“We have become used to violence,” Ignacio Martin Baro said. “We have become used to living in a very dangerous world. We have learned to live, accepting death, extraordinary abnormal death, into our lives.”

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Mikhail Khodorkovsky case: European Court faults Russia

Posted on 31 May 2011 by GGS News

Eu,(GGS NEWS)  31 May 2011 :The European Court of Human Rights has ruled that Russia dishonored the rights of the jailed oil tycoon and outspoken Kremlin critic Mikhail Khodorkovsky.

In their unanimous ruling the judges in Strasbourg ordered Russia to give him 24,543 euros (£21,426) in compensation.

The ruling, which is not final, said there had been disobediences in Khodorkovsky’s conditions of detention after his arrest in October 2003.

His eight-year prison term has since been extended by a further five years.

The court’s judgment concerns Khodorkovsky’s first conviction, in 2005 for tax fraud. That was due to end this year, having been backdated to his arrest in 2003.

However, he was convict in a second case in December, of stealing oil from his personal company. His 13-year sentence (reduced, on appeal, from 14 years) is running concurrently with his first and will stay him in jail until 2016.

The seven European judges also found responsibility with the length of time he was held pending investigation and trial, and with the court procedures. The court security plannings had “humiliated him”, they said.

But the judges did not back Khodorkovsky’s claims that the prosecution against him had been politically motivated.

“Claims of political motivation behind prosecution required incontestable proof, which had not been presented,” the judgment said.

On Friday Khodorkovsky lodged an plea for parole

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China says foreigners stir Inner Mongolia unrest

Posted on 31 May 2011 by GGS News

BEIJING (GGS NEWS) 31 May 2011 :— Ethnic demonstrations in Inner Mongolia will be handled according to the law and the government will respond to “reasonable demands” from protesters, a Chinese government spokeswoman said Tuesday.

The Foreign Ministry’s Jiang Yu said the government would take necessary measures to protect the interests of all groups, but would also act against troublemakers.

“As far as I understand, the local government pays great attention to this incident and will solemnly handle it according to law, and the local government will positively respond to those reasonable demands of the people,” Jiang told reporters at a regularly scheduled news conference.

Jiang’s remarks were the central government’s first direct response to the region’s largest demonstrations in 20 years. The protests broke out in cities and towns across the sprawling northern pastureland following the deaths of two Mongols in clashes with Chinese in mid-May. Demonstrators are calling for greater protections for Mongol culture and the traditional pastoral lifestyle.

The government has responded with a broad clampdown, pouring police into the streets, disrupting Internet service and confining students to campus. Seeking to mollify Mongol anger, authorities also swiftly arrested three people over the killings and pledged to better regulate the booming coal industry that herders blame for spreading pollution and degrading the delicate steppe on which they depend.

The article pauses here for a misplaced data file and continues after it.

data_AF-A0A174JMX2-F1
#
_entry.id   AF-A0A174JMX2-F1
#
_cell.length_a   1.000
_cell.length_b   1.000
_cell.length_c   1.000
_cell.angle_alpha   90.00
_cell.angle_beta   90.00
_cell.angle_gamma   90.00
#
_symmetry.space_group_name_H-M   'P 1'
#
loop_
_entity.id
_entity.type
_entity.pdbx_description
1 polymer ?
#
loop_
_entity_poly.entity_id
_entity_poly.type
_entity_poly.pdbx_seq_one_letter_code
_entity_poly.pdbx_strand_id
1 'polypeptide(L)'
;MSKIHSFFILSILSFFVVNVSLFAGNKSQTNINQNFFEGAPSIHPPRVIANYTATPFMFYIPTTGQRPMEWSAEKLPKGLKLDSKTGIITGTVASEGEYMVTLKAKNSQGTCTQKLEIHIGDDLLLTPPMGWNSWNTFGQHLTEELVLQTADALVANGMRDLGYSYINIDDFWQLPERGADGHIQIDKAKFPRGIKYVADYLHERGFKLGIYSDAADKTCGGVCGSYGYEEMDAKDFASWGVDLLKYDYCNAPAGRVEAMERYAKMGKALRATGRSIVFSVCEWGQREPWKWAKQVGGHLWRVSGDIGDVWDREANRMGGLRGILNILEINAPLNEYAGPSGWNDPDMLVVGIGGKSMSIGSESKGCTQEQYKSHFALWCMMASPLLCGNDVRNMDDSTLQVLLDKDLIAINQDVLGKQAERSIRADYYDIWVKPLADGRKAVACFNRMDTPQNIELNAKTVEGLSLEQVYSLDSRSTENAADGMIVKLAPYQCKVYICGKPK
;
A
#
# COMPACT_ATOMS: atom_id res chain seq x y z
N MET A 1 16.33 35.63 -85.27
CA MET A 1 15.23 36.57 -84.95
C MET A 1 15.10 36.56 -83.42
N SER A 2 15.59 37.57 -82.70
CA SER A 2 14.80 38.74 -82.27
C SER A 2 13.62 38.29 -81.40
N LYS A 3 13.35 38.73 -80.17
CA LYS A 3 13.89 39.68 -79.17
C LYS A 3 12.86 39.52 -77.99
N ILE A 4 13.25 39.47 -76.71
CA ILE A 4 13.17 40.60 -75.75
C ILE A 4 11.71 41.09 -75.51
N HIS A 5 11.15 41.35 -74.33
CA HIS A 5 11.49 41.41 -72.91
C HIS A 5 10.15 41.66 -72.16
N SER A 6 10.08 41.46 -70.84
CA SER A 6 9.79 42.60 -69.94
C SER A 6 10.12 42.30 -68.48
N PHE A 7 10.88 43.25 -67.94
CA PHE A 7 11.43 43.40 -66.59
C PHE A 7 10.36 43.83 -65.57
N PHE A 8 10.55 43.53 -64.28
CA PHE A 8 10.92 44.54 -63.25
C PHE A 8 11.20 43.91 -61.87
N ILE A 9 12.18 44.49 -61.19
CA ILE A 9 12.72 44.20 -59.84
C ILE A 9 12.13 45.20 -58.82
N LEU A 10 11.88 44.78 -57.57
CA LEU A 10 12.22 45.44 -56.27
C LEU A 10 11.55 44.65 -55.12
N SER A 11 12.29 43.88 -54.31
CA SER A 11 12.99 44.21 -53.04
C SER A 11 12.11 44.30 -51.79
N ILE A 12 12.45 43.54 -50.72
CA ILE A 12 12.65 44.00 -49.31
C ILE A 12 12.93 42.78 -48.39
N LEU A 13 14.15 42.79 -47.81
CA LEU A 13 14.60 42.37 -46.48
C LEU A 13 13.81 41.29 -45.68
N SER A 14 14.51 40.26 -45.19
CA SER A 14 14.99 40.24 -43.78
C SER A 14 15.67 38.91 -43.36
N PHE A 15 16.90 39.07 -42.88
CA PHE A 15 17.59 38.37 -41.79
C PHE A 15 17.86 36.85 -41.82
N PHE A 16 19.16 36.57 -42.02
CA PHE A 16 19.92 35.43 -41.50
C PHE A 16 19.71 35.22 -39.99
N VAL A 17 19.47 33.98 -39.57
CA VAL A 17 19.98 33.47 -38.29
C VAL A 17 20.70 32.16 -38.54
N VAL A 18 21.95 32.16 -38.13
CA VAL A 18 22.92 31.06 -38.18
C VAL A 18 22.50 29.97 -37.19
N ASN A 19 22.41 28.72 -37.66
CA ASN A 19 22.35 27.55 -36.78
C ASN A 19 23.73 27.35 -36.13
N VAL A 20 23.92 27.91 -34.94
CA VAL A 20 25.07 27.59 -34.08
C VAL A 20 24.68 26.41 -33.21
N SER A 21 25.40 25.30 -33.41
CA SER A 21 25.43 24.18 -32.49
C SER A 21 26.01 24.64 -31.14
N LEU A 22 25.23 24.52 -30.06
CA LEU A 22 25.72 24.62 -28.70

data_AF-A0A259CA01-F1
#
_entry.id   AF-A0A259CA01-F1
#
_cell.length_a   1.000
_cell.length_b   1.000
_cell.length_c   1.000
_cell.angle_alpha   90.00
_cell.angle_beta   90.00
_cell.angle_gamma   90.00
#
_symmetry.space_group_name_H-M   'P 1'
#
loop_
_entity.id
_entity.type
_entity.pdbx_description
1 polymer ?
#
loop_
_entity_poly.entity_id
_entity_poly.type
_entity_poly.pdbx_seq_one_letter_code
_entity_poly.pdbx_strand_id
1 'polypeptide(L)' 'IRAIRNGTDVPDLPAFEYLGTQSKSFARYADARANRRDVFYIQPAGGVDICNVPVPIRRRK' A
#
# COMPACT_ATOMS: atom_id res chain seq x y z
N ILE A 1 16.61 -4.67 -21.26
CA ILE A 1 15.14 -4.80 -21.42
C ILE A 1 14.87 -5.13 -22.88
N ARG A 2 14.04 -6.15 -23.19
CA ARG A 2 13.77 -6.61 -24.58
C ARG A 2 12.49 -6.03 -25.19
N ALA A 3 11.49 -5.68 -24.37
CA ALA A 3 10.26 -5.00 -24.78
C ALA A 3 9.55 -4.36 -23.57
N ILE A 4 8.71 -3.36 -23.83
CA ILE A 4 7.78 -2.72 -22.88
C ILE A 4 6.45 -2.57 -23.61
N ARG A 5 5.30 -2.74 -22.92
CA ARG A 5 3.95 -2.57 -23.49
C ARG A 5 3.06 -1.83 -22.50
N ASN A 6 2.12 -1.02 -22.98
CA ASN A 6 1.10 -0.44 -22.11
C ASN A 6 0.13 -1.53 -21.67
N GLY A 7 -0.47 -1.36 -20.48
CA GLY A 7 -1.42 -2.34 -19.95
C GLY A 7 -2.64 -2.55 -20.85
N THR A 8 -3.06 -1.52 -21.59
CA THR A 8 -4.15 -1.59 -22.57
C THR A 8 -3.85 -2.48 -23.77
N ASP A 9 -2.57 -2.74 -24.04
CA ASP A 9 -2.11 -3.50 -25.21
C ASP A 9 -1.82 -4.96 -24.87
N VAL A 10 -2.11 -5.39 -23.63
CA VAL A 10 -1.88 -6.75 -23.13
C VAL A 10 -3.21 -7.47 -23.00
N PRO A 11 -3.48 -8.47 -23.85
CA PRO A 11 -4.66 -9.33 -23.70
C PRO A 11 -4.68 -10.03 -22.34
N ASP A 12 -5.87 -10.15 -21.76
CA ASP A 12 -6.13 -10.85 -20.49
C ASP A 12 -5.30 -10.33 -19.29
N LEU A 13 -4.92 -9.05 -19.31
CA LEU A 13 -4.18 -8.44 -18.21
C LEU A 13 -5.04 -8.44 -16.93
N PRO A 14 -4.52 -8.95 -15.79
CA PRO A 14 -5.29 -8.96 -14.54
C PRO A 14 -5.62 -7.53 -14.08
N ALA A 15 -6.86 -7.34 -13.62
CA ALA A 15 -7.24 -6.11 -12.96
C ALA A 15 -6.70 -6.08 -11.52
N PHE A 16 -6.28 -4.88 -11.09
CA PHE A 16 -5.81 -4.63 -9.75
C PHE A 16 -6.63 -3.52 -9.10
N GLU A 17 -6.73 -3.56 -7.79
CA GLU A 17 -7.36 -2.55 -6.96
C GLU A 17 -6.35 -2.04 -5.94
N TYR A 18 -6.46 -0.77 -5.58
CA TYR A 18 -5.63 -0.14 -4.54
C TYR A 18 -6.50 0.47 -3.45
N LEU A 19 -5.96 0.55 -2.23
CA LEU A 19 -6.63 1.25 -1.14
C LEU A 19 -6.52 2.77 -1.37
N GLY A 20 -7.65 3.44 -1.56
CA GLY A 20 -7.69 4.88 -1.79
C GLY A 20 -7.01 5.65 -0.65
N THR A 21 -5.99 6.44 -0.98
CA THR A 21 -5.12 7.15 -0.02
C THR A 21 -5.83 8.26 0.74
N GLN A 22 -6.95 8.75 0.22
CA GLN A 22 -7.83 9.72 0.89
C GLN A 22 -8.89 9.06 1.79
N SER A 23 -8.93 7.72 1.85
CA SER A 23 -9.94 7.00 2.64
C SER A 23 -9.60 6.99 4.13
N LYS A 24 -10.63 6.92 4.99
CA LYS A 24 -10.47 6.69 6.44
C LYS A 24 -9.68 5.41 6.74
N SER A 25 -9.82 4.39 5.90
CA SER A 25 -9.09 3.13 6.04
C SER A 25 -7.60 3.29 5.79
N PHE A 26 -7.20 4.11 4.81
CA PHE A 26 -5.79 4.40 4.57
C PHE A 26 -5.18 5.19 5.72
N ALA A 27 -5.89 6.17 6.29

Jiang said the government would “earnestly handle the relationship between environmental protection and economic development and take necessary measures to protect the fundamental interests of all ethnic groups.”

She said those who have committed crimes would be dealt with in accordance with law.

It was not clear whether Jiang was referring to protesters or those arrested over the killings. Witnesses reported several people were detained following a standoff between protesters and police on Monday in the city of Hohhot.

There were no reports of protests on Tuesday and people reached by telephone at travel agencies, hotels, fast food restaurants and shops in Hohhot said they knew of no demonstrations.

Staff at government offices, three local universities, and government-controlled Muslim and Buddhist religious institutions refused to comment in a likely sign that a media blackout has been ordered.

Hohhot’s main downtown square has been cordoned off with crime scene tape and paramilitary policemen stationed along its outer edge, according to photos taken Sunday and posted on the website of the Southern Mongolian Human Rights Information Center. Riot police vehicles were parked along side streets, while officers also guarded the gates of local universities to prevent students from leaving or outsiders from entering.

Prevented from marching, students have instead staged small demonstrations and acts of defiance on campus, including throwing Chinese-language textbooks out of dormitory windows, the center said. Teachers were also being confined to campuses, it said.

The protests have been mostly peaceful so far, unlike recent anti-government riots in Tibet and the far western region of Xinjiang where Chinese migrants and businesses have been targeted.

China accused groups outside China of orchestrating the violence, and Jiang again pointed to unidentified forces abroad as stirring up trouble in Inner Mongolia.

“As for those overseas trying to play up this incident for ulterior motives, we feel that it would be impossible for them to succeed,” Jiang said.

Squeezed between the Great Wall and the independent nation of Mongolia, Inner Mongolia has seen a flood of Chinese migrates in recent decades that has reduced native Mongols to less than 20 percent of the population. Many Mongols speak little of their native language as a result of years of Chinese education and the mining sector is quickly supplanting herding as the backbone of the local economy